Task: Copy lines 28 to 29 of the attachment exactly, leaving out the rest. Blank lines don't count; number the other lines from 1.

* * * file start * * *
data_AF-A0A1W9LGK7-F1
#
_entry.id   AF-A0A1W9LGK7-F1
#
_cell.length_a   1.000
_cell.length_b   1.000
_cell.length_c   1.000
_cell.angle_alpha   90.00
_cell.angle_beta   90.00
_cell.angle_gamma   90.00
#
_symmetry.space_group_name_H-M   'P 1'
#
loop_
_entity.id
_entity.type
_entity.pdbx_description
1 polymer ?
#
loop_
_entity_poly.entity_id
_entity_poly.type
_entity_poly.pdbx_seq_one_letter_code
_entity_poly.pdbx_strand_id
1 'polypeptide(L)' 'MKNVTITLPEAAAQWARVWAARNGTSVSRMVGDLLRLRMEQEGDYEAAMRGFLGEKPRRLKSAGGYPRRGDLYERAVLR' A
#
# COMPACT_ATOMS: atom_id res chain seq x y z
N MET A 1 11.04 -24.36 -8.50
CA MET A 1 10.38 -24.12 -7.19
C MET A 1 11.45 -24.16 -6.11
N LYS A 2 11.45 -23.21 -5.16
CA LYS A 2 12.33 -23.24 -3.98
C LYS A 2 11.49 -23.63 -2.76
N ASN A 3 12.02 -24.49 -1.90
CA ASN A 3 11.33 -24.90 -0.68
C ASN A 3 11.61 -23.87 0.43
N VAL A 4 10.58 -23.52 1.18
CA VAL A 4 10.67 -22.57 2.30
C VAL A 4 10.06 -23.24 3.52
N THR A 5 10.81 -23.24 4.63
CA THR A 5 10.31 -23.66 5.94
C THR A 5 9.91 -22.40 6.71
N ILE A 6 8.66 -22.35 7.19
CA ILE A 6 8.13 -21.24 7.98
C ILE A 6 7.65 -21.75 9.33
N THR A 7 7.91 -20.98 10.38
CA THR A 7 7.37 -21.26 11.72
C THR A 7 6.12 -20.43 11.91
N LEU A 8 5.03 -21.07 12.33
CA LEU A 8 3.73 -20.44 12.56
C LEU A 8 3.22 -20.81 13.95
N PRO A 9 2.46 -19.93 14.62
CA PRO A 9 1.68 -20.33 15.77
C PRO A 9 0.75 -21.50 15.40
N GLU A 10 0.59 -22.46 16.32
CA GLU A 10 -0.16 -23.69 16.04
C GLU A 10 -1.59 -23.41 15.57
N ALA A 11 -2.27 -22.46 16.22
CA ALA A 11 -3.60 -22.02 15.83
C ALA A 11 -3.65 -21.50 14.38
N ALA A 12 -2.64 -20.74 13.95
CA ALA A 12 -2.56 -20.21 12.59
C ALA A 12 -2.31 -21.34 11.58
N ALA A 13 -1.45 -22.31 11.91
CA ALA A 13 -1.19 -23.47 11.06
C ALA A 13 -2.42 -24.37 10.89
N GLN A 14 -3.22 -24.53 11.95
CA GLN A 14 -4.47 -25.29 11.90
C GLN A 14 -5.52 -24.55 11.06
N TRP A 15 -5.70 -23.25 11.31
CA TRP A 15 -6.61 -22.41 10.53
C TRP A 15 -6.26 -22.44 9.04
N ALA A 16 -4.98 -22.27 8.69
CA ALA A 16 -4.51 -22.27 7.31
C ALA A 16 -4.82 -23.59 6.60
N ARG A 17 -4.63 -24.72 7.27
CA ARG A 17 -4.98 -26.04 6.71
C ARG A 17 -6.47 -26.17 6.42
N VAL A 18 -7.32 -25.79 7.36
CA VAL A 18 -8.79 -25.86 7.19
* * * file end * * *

N MET A 1 11.04 -24.36 -8.50
CA MET A 1 10.38 -24.12 -7.19